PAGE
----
According to Jamie Kreiner, an associate professor of history at the University of Georgia, here is what the medieval monks did to train their minds into focus.
Part of monastic education involved learning how to form cartoonish cognitive figures, to help sharpen one’s mnemonic and meditative skills.
The mind loves stimuli such as color, gore, sex, violence, noise and wild gesticulations. The challenge was to ignore its delights and preferences in order to stay focused. If a nun wanted to really learn something she’d read or heard, she would do this work herself, by rendering the material as a series of bizarre animations in her mind. The weirder the mnemonic devices the better – strangeness would make them easier to retrieve, and more captivating to think with when she ‘returned’ to look them over.
A more advanced method for concentrating was to build elaborate mental structures in the course of reading and thinking.
Nuns, monks, preachers and the people they educated were always encouraged to visualize the material they were processing.
The point wasn’t to paint these pictures on parchment. It was to give the mind something to draw, to indulge its appetite for aesthetically interesting forms while sorting its ideas into some logical structure.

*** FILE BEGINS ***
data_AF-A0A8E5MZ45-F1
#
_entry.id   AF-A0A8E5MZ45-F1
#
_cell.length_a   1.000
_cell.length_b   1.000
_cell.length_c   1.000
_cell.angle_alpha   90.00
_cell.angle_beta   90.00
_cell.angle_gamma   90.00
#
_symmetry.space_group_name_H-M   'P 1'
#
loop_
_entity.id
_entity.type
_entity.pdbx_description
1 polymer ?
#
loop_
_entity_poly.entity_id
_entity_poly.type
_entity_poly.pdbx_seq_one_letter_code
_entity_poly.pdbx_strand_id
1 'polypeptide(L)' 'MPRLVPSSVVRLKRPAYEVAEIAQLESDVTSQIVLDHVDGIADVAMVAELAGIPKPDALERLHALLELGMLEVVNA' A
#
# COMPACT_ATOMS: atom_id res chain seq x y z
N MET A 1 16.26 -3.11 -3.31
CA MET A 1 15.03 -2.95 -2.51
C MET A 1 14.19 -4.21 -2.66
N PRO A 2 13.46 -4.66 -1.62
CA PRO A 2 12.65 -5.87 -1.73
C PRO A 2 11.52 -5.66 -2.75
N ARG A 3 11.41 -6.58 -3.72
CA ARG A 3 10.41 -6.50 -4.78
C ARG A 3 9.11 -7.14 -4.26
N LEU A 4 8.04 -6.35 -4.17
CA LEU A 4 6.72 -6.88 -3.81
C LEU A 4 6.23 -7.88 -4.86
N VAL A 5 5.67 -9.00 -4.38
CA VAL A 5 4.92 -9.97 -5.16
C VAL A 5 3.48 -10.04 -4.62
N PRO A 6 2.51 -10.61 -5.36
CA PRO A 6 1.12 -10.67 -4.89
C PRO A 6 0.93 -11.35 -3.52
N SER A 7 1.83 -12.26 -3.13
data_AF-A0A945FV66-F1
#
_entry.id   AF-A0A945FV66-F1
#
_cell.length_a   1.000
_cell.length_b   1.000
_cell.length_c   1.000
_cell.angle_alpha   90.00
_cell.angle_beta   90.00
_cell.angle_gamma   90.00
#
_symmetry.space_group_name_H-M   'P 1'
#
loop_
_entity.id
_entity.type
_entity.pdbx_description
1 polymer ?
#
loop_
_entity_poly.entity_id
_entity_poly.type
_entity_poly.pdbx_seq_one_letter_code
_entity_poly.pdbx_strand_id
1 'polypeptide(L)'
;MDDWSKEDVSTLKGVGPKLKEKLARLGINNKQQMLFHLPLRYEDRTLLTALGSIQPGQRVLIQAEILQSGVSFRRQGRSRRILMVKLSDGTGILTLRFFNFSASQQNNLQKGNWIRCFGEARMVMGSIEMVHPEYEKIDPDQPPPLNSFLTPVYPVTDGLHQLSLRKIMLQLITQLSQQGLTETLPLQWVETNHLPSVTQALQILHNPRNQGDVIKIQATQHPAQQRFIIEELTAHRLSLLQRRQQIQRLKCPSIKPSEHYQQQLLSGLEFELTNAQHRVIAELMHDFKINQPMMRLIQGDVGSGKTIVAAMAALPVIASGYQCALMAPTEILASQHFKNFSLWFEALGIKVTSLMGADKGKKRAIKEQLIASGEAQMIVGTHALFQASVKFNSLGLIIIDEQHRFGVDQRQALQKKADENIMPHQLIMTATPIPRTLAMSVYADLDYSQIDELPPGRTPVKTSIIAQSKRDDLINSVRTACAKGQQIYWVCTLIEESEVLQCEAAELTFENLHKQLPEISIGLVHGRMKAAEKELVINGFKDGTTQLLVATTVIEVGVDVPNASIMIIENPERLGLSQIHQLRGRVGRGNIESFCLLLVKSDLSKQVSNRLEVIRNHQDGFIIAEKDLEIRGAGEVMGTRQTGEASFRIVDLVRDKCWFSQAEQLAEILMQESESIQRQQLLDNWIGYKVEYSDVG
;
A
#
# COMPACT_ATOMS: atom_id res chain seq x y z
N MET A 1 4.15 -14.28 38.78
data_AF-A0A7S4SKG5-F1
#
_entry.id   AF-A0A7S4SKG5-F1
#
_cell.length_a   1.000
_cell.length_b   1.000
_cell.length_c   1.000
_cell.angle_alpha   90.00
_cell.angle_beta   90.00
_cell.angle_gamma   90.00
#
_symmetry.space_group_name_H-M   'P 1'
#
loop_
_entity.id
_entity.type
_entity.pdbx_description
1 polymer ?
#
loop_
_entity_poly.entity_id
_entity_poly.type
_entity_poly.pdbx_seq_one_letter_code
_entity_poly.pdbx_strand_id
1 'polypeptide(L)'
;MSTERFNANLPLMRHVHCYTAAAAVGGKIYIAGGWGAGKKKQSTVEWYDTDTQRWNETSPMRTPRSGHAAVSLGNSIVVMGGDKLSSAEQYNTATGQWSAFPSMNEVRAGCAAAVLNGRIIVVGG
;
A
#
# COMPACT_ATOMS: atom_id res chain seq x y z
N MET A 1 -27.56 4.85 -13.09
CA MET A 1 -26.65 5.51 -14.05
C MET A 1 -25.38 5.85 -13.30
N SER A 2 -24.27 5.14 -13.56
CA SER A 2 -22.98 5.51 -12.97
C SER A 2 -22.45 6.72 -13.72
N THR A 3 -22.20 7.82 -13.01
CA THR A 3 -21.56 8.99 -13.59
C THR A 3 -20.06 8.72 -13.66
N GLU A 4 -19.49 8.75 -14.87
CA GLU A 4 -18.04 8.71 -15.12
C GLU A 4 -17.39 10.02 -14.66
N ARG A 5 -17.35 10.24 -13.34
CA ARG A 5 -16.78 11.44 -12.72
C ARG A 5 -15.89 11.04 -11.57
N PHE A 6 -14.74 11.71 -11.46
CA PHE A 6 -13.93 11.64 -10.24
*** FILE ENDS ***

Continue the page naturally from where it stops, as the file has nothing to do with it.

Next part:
Constructing complex mental apparatuses gives us a way to organize – and, in the process, analyze –the material we need to learn. The process also keeps our minds occupied with something that feels palpable and riveting.
Concentration and critical thinking, in this mode, feel less like a slog and more like a game.
So practice the medieval monk methods the next time your mind wanders anywhere.
To your best work!
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Doctor of Pharmacy, author of The Art of Good Enough and Life Transformation Journal. She writes to inspire women to design their own fate. Her writings and interviews have been featured on MSNBC, Thrive Global, Working Mother magazine, Parentology, and The Times of India.